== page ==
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Meet One High Line: A New Edition to Chelsea’s Luxury Condo Market


Everyone knows that New York real estate does not come cheap. But have you heard about One High Line? It is one of the most expensive development acquisitions in New York City history, which is saying something in this city. But what made it so? Buckle up–we will walk you through the convoluted history of One High Line and its developers, HFZ Capital.

The Players: Who’s Who of One High Line

First, to understand what went down with One High Line, you need to understand the cast of characters at the center of the events. Here is the background information you need to know to make sense of everything.

Ziel Feldman

Ziel Feldman is the founder of HFZ Capital group, which came to prominence after the housing crash of ‘08 by building luxury developments. But before there was HFZ, there was Property Markets Group (PMG), a development firm Feldman founded alongside banker Kevin Maloney.

Throughout the ‘90s, PMG would buy up crumbling housing, flip it, then raise rents. In ‘94, PMG partnered with the future president and founder of Extell Development, Gary Barnett, to buy a neglected 1909 beaux-arts building on the Upper West Side–the Belnord. For $15 million, PMG bought the building, renovated it, and raised rents accordingly. This deal was largely funded by Beny Steinmetz.

By the early 2000s, Feldman and Maloney’s interests began to diverge. Maloney was eager to continue building in Florida, while Feldman, a Queens native, wanted to dig further into Manhattan. In 2005, Feldman left to start HFZ–which is a combination of his wife’s name, Helene, and his own, Feldman and Ziel. To start this new venture, he brought some of his loyal PMG employees along to HFZ, including Nir Meir.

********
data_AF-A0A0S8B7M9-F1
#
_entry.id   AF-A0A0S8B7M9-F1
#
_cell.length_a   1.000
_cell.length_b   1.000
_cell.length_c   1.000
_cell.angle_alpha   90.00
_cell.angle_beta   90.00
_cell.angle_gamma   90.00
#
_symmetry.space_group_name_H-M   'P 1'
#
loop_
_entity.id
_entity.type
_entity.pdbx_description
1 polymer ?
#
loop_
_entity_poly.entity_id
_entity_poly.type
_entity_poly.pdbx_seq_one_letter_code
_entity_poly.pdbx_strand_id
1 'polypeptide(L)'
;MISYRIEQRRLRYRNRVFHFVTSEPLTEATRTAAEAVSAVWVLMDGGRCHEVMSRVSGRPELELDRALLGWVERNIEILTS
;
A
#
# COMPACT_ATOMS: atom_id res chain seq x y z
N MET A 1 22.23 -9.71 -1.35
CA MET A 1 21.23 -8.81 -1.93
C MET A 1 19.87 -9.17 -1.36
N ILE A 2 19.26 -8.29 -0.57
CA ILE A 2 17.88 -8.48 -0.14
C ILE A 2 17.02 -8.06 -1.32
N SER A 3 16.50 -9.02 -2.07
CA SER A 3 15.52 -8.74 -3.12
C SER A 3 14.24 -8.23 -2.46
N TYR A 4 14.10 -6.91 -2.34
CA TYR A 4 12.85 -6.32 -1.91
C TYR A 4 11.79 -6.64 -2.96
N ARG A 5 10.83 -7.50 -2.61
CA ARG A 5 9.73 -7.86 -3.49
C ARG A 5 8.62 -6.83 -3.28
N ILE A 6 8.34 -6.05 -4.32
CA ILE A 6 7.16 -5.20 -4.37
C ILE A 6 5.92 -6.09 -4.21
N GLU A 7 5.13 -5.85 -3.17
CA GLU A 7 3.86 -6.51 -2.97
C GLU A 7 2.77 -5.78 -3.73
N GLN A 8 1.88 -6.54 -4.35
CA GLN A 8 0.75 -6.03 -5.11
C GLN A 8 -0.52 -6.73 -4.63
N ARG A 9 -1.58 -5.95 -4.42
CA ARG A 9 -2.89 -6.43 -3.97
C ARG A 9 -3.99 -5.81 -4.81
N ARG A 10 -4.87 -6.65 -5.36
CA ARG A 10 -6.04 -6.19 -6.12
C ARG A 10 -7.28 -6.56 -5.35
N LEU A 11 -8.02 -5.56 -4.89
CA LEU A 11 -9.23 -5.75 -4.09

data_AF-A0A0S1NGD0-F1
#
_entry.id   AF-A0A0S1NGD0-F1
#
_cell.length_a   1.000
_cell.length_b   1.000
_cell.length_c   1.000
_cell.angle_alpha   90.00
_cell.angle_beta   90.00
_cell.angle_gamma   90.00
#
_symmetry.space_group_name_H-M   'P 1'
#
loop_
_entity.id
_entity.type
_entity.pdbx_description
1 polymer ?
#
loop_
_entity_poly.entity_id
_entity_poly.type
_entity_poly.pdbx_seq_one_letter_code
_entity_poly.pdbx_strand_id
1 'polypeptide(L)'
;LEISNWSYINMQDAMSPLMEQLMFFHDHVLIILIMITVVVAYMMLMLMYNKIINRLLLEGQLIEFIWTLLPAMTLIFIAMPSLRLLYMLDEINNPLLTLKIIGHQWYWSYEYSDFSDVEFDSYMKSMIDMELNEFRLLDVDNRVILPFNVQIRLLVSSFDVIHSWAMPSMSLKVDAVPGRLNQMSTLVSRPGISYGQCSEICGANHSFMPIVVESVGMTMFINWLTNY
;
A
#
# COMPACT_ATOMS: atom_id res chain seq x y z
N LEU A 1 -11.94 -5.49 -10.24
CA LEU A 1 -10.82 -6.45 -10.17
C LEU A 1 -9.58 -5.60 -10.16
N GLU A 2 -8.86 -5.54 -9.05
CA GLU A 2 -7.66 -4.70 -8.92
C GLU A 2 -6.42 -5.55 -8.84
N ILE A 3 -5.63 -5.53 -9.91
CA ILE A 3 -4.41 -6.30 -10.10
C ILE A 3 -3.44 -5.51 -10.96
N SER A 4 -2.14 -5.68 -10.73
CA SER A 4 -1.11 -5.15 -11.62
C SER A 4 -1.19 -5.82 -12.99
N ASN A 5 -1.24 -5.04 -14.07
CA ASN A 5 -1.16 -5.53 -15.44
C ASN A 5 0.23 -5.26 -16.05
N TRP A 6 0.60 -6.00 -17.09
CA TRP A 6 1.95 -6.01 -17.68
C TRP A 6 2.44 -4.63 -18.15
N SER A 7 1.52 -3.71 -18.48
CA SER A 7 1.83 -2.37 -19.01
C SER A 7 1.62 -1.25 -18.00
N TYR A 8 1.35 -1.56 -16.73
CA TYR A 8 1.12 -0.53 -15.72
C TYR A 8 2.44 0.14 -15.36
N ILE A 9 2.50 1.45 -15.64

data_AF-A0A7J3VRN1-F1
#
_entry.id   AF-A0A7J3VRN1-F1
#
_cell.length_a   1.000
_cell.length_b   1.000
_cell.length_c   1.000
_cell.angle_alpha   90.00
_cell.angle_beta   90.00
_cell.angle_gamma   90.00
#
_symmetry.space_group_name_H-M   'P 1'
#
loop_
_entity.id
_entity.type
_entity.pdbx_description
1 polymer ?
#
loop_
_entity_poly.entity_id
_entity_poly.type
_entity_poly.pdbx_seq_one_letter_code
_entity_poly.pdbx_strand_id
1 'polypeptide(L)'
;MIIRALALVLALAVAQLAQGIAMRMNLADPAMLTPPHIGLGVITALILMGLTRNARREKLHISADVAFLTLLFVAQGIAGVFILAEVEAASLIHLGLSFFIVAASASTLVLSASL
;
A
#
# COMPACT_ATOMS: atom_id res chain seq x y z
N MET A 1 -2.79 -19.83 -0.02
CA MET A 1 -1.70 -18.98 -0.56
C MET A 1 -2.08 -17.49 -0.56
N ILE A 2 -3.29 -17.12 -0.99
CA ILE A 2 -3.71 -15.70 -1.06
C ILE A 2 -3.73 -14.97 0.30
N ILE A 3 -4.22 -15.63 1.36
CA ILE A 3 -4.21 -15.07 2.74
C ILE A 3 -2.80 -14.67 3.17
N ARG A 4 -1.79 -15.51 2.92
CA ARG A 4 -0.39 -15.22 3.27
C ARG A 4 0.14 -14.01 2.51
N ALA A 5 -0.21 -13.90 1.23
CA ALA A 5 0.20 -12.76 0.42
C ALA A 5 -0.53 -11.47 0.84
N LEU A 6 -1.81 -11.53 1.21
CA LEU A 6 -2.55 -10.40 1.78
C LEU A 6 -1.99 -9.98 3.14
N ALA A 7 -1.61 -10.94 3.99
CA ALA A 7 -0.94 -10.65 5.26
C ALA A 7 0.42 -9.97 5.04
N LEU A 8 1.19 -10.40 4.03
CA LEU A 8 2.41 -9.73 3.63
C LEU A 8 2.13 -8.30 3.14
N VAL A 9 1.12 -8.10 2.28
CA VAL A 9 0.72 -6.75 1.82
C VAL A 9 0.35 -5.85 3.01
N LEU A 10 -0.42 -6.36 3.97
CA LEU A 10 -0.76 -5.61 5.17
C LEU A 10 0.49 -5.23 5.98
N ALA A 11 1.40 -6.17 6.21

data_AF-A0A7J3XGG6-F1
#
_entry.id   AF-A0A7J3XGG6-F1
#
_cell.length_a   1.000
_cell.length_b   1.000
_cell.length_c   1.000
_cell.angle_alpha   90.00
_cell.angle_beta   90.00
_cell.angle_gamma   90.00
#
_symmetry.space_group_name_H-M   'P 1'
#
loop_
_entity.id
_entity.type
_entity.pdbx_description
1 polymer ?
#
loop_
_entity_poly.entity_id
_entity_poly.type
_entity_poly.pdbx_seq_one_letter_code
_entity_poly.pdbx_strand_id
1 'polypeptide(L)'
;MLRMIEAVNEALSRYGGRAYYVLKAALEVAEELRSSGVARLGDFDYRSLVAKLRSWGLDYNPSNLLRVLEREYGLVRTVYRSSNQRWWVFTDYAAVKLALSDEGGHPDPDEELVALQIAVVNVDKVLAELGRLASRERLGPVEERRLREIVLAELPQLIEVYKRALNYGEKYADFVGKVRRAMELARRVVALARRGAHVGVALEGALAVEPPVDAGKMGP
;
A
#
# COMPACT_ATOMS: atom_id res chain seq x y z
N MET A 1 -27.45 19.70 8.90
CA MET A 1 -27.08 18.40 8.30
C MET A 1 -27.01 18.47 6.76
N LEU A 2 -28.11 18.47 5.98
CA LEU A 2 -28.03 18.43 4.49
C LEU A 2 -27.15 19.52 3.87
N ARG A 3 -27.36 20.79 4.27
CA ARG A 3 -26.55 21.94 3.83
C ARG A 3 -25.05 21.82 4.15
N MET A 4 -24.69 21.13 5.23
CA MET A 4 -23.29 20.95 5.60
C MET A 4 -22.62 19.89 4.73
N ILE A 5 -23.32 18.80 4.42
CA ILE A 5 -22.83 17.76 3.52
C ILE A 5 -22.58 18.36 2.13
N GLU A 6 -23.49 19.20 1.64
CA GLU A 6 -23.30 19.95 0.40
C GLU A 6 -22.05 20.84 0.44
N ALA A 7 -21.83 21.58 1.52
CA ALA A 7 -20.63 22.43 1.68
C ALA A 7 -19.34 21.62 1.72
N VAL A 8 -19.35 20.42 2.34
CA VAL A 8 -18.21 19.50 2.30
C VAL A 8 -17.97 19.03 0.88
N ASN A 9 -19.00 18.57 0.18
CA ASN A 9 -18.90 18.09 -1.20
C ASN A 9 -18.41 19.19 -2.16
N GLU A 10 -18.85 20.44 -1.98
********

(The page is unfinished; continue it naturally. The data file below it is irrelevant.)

Nir Meir

Like Feldman, Meir was extremely ambitious. Together, they planned to grow HFZ into one of the premier developers in the city. Originally from Israel, Meir came to New York after purportedly serving in the Israel Defence Forces. At the time of HFZ’s founding, he was still in his late ’20s. Though young, he seemed committed to his work and to make connections with the who’s who of NYC real estate.

According to Feldman, who spoke about this to Curbed, Meir was charismatic and had a knack for snagging important investors. He was able to secure funding that helped HFZ buy up a slew of low cost properties during the 2008 recession.

One of the investors heavily involved with HFZ’s portfolio was Israeli diamond dealer Beny Steinmetz.

The Investors

As secretive and controversial as he is wealthy, 66-year-old diamond and mining tycoon Beny Steinmetz was once one of Israel’s richest men. The owner of BSGR, he made his money off of mining rights in African countries including Guinea and Sierra Leone. At one point, he was worth an estimated $6 billion dollars, but is now valued at around $1 billion, largely due to legal issues.

Currently under investigation in several countries including the United States for corrupt business practices, BSGR has sold much of its mining rights and remains in legal peril. In 2018, BSGR entered into a voluntary receivership, and in 2021, Beny Steinmetz was convicted in a Geneva court of bribery and fraud. Much of this corruption came to light in 2014

Despite this controversy, Beny Steinmetz was one of the major investors in HFZ’s projects even after 2014. Although HFZ did not publicly acknowledge it, Steinmetz was deeply involved in HFZ’s dealings, according to Curbed. Meir was frequently in contact with Steinmetz, but the amount Meir shielded Feldman from knowing about day to day interactions with Steinmetz is up for debate. However, Feldman undoubtable knew that Steinmetz was a major source of funding for HFZ’s projects, including One High Line.

Steinmetz was not the only major foregin investor who was deeply involved with HFZ. Yoav Harlap, an Israeli car magnate, invested $20 million in the High Line project–money expected would be spent appropriately, but was ultimately misused by HFZ.

The Location: One High Line

Now that you know the cast of characters, it is time to set the scene. It’s 2015. Bloomberg-era rezoning has ushered in a wave of development and revitalization in the West Chelsea neighborhood, especially around the old highway tracks.

Repurposed Railroad: The Birth of the Highline

These tracks were originally constructed at street level in the mid-1800s by the New York Central Railroad. Running along 10th Ave., these trains delivered food to lower Manhattan, and caused many pedestrian deaths over the years. By the 1920s, the rising number of deaths caused the city’s Transportation Committee to remove the streetlevel tracks and rebuild them on elevated platforms.